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The Australian Sketchbook was ST Gill’s first foray into the new process of chromolithography. It was the second book published in Australia using the technique, where multi-coloured images were printed using oil-based inks on a sequence of printing stones.

Samuel Thomas Gill

Samuel Thomas Gill (1818–1880) was a prolific artist and illustrator working in colonial Australia from the mid-19th century.

Gill arrived in South Australia from England in December 1839. Within 4 months he had established a studio in Adelaide offering 'to produce portraits of human beings, horses and dogs, and to sketch houses'. His artwork in South Australia includes drawings made on an exploring party to the Spencer Gulf and portraits of prominent South Australians.

In 1852 he went to the Victorian goldfields where he completed perhaps his best-known representations of everyday life on the diggings. He spent many years travelling in Victoria and New South Wales, sketching what he saw and producing lithographs intended to appeal to colonists and those in Britain with an interest in Australia.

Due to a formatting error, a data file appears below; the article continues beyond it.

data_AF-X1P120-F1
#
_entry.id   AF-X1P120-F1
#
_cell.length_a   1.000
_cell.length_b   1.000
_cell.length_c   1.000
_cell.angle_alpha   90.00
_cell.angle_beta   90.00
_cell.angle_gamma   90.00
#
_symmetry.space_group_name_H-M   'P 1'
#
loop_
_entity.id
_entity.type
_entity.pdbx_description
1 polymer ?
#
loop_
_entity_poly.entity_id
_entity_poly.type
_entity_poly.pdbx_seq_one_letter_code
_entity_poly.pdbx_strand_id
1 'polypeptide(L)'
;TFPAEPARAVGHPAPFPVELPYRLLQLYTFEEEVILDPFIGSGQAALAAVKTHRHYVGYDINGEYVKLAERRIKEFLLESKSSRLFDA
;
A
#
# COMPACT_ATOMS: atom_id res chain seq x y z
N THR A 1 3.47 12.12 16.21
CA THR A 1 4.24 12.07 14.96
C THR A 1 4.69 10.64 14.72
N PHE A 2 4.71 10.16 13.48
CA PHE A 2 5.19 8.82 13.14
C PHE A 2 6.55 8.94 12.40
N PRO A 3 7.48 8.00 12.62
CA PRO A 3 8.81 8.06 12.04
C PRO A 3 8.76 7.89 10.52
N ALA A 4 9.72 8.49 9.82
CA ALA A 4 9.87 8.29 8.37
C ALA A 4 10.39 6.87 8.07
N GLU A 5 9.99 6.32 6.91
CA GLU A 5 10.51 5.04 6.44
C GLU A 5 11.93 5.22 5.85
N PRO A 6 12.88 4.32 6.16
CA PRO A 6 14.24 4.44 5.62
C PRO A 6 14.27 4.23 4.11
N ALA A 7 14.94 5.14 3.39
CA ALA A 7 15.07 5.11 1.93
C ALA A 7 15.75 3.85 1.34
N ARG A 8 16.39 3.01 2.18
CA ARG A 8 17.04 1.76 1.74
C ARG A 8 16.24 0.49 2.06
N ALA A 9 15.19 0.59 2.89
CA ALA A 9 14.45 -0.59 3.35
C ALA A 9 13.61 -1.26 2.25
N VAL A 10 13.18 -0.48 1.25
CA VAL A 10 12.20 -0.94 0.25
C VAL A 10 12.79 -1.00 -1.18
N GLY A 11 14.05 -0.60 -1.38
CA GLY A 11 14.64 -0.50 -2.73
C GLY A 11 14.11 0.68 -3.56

He returned to Melbourne in 1864 and soon published The Australian Sketchbook. Alongside Gill's depictions of the digger life, horses and bushmen were a commonly represented in his work.

Historian WH Newnham observed that Gill's 'fame and fortune was to last just about as long as the gold-rush period'. He died penniless on 27 October 1880.

ST Gill collection

The Museum's collection of ST Gill works includes watercolours of the Victorian gold diggings and the earliest known depiction of the interior of a Sydney home. The Australian Sketchbook was acquired by the Museum in 2013. The Museum also holds a rare wooden printing block of ST Gill’s illustration Bourke Street West in the Forenoon.

In our collection

'The Australian Sketchbook' by Samuel Thomas Gill (STG), Hamel & Ferguson, Melbourne, 1865'The Australian Sketchbook' includes 24 plates depicting a wide range of subjects including Aborigines, the goldfields, bushrangers, lost children, and a bush funeral. The illustrated title page shows the artist barefoot with his portfolio tucked under his arm, wading through a stream after noticing two Aboriginal men peering at...
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